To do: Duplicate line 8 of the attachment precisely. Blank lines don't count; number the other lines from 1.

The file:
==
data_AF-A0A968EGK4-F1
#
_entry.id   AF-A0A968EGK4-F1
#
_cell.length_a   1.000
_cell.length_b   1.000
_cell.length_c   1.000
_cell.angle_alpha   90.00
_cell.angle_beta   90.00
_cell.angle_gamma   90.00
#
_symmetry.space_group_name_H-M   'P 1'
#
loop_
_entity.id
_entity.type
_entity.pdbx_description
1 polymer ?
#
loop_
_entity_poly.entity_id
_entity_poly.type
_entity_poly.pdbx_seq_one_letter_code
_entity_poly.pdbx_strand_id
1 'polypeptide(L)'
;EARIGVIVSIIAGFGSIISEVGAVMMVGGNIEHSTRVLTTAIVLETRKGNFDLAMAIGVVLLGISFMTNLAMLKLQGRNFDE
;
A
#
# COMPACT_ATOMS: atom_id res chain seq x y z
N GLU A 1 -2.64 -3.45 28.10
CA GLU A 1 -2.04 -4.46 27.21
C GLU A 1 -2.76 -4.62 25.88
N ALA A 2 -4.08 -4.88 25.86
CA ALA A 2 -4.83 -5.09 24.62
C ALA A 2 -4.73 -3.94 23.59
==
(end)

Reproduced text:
_cell.angle_alpha   90.00